Origin Of The Moon


The moon is the only natural satellite of earth and its
nearest neighbor in space. Its distance from the earth is
about 384,400km. It is the brightest object in the night
sky, bit it gives off no light of its own. The light that
is visible is what the moon is reflecting from the sun. It
has a diameter of 3476km and a mass of 7.35*1022kg.
Throughout history, it has had many names; Luna, as named
by the Romans, and Selene or Artemis by the Greeks. As a
result of its size and composition, the Moon is sometimes
classified as a terrestrial "planet" along with Mercury,
Venus, Earth and Mars. 

Origin of the Moon 

Before the modern age of space exploration, scientists had
three major theories for the origin of the moon: (1)
fission from the earth, (2) formation in earth orbit, and,
(3) formation far from earth. Then, in 1975, having studied
moon rocks and close-up pictures of the moon, scientists
proposed what has come to be regarded as the most probable
of the theories of formation, planetesimal impact or giant
impact theory.
(1) Formation by Fission from the Earth 

The modern version of this theory proposes that the moon
was spun off from the earth when the earth was young and
rotating rapidly on its axis. This idea gained support
partly because the density of the moon is the same as that
of the rocks just below the crust, or upper mantle, of the
earth. A major difficulty with this theory is that the
angular momentum of the earth, in order to achieve
rotational instability, would have to have been much
greater than the angular momentum of the present earth-moon
(2) Formation in Orbit Near the Earth 

This theory proposes that the earth and moon, and all other
bodies of the solar system, condensed independently out of
the huge cloud of cold gases and solid particles that
constituted the primordial solar nebula. Much of this
material finally collected at the center to form the sun. 

(3) Formation Far from Earth 

According to this theory, independent formation of the
earth and moon, as in the above theory, is assumed; but the
moon is supposed to have formed at a different place in the
solar system, far from earth. The orbits of the earth and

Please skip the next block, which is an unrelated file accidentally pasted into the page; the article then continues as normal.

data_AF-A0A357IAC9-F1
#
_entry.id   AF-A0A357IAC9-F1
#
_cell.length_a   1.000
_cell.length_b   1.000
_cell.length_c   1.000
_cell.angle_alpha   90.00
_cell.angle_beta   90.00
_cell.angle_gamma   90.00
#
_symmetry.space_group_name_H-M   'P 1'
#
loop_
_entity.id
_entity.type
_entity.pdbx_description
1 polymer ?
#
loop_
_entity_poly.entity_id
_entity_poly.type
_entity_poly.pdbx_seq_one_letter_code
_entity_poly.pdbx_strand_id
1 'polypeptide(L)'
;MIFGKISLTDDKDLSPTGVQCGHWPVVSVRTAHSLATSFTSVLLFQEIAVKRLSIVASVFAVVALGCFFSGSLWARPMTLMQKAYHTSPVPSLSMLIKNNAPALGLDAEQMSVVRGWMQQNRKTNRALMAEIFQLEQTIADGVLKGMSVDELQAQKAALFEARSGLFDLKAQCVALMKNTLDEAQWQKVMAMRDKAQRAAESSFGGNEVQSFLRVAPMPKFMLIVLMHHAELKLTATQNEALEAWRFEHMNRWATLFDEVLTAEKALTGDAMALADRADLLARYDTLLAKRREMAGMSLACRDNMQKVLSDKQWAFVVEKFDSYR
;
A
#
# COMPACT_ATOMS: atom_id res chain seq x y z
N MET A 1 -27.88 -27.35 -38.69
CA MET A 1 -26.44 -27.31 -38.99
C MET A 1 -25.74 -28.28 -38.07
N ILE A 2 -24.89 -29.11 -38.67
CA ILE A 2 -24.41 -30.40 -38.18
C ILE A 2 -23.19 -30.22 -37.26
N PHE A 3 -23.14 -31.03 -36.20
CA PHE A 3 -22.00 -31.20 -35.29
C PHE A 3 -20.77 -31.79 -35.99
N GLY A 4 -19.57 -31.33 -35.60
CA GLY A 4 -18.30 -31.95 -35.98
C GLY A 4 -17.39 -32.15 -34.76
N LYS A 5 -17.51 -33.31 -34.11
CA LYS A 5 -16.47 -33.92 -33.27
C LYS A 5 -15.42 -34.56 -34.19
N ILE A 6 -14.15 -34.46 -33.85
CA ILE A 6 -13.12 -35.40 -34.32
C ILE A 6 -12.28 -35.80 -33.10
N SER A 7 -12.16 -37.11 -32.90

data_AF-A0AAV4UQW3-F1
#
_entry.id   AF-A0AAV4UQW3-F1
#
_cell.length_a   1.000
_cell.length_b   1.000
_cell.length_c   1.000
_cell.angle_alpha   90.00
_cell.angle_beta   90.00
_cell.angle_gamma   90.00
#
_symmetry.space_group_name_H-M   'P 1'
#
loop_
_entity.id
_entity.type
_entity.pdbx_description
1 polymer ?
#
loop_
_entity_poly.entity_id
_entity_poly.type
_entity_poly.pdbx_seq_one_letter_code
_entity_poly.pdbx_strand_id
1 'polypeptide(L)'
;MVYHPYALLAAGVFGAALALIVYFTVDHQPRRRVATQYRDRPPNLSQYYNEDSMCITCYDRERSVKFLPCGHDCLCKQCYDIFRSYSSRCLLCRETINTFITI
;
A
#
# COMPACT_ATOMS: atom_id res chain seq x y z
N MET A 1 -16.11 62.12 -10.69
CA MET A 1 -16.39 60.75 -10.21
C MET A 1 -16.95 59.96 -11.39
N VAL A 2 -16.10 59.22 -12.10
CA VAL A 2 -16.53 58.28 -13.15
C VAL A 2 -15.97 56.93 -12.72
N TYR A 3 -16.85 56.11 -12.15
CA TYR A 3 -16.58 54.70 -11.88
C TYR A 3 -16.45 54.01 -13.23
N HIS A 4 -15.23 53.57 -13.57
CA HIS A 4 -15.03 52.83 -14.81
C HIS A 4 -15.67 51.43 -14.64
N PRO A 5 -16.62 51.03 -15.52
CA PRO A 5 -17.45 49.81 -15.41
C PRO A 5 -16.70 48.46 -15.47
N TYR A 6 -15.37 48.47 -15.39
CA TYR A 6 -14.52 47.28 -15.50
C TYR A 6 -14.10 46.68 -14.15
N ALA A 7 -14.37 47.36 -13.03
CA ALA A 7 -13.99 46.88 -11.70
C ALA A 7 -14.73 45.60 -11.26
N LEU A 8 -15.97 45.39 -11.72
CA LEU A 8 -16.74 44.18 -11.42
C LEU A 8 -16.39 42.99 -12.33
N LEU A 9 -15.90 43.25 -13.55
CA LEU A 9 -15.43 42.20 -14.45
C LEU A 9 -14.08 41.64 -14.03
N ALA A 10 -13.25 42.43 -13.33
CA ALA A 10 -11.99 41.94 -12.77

moon then, it is surmised, carried them near each other so
that the moon was pulled into permanent orbit about the

The Planetesimal Impact Theory, the modern version of the
fission theory, was published in 1975. This theory proposes
that early in the earth's history, well over 4 billion
years ago, the earth was struck by a large body called a
planetesimal, about the size of Mars. The catastrophic
impact blasted portions of the earth and the planetesimal
into earth orbit, where debris from the impact eventually
coalesced to form the moon. This theory, after years of
research on moon rocks in the 1970s and 1980s, has become
the most widely accepted one for the moon's origin. The
major problem with the theory is that it would seem to
require that the earth melted throughout, following the
impact, whereas the earth's geochemistry does not indicate
such a radical melting. 

As the Apollo project progressed, it became noteworthy that
few scientists working on the project were changing their
minds about which of these three theories they believed was
most likely correct, and each of the theories had its vocal
advocates. In the years immediately following the Apollo
project, this division of opinion continued to exist. One
observer of the scene, a psychologist, concluded that the
scientists studying the Moon were extremely dogmatic and
largely immune to persuasion by scientific evidence. But
the facts were that the scientific evidence did not single
out any one of these theories. Each one of them had several
grave difficulties as well as one or more points in its
favor. In the mid-1970s, other ideas began to emerge.
William K. Hartmann and D.R. Davis (Planetary Sciences
Institute in Tucson AZ) pointed out that the Earth, in the
course of its accumulation, would undergo some major
collisions with other bodies that have a substantial
fraction of its mass and that these collision would produce
large vapor clouds that they believe might play a role in
the formation of the Moon.
A.G.W. Cameron and William R. Ward (Harvard University,
Cambridge MA) pointed out that a collision with a body
having at least the mass of Mars would be needed to give
the Earth the present angular momentum of the Earth-Moon
system, and they also indicated that such a collision would
produce a large vapor cloud that would leave a substantial
amount of material in orbit about the Earth, the
dissipation of which could be expected to form the Moon. 

The Giant Impact Theory of the origin of the Moon has
emerged from these suggestions. These ideas attracted